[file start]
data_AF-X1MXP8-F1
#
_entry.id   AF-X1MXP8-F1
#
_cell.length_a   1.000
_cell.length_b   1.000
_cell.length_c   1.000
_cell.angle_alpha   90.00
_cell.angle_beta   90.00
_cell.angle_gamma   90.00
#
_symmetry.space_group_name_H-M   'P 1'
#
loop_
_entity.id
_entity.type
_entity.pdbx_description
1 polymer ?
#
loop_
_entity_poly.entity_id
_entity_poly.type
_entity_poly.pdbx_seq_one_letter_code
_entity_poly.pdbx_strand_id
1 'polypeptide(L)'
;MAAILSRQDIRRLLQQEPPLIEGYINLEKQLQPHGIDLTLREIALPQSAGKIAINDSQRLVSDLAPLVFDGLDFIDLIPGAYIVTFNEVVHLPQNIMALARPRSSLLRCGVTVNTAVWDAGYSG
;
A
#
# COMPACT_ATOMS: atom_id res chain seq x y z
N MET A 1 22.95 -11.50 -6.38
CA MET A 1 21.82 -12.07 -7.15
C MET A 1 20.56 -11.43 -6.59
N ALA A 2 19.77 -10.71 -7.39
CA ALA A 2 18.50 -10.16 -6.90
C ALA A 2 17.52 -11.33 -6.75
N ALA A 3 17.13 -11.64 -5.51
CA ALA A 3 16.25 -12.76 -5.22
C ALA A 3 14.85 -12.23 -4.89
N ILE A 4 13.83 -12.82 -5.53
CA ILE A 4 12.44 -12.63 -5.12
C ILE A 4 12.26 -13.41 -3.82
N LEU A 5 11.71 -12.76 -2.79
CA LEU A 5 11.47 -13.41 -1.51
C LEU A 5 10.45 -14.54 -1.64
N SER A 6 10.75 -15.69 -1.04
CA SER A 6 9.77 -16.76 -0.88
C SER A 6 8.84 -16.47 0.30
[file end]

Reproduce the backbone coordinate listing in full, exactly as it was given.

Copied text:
data_AF-X1MXP8-F1
#
_entry.id   AF-X1MXP8-F1
#
_cell.length_a   1.000
_cell.length_b   1.000
_cell.length_c   1.000
_cell.angle_alpha   90.00
_cell.angle_beta   90.00
_cell.angle_gamma   90.00
#
_symmetry.space_group_name_H-M   'P 1'
#
loop_
_entity.id
_entity.type
_entity.pdbx_description
1 polymer ?
#
loop_
_entity_poly.entity_id
_entity_poly.type
_entity_poly.pdbx_seq_one_letter_code
_entity_poly.pdbx_strand_id
1 'polypeptide(L)'
;MAAILSRQDIRRLLQQEPPLIEGYINLEKQLQPHGIDLTLREIALPQSAGKIAINDSQRLVSDLAPLVFDGLDFIDLIPGAYIVTFNEVVHLPQNIMALARPRSSLLRCGVTVNTAVWDAGYSG
;
A
#
# COMPACT_ATOMS: atom_id res chain seq x y z
N MET A 1 22.95 -11.50 -6.38
CA MET A 1 21.82 -12.07 -7.15
C MET A 1 20.56 -11.43 -6.59
N ALA A 2 19.77 -10.71 -7.39
CA ALA A 2 18.50 -10.16 -6.90
C ALA A 2 17.52 -11.33 -6.75
N ALA A 3 17.13 -11.64 -5.51
CA ALA A 3 16.25 -12.76 -5.22
C ALA A 3 14.85 -12.23 -4.89
N ILE A 4 13.83 -12.82 -5.53
CA ILE A 4 12.44 -12.63 -5.12
C ILE A 4 12.26 -13.41 -3.82
N LEU A 5 11.71 -12.76 -2.79
CA LEU A 5 11.47 -13.41 -1.51
C LEU A 5 10.45 -14.54 -1.64
N SER A 6 10.75 -15.69 -1.04
CA SER A 6 9.77 -16.76 -0.88
C SER A 6 8.84 -16.47 0.30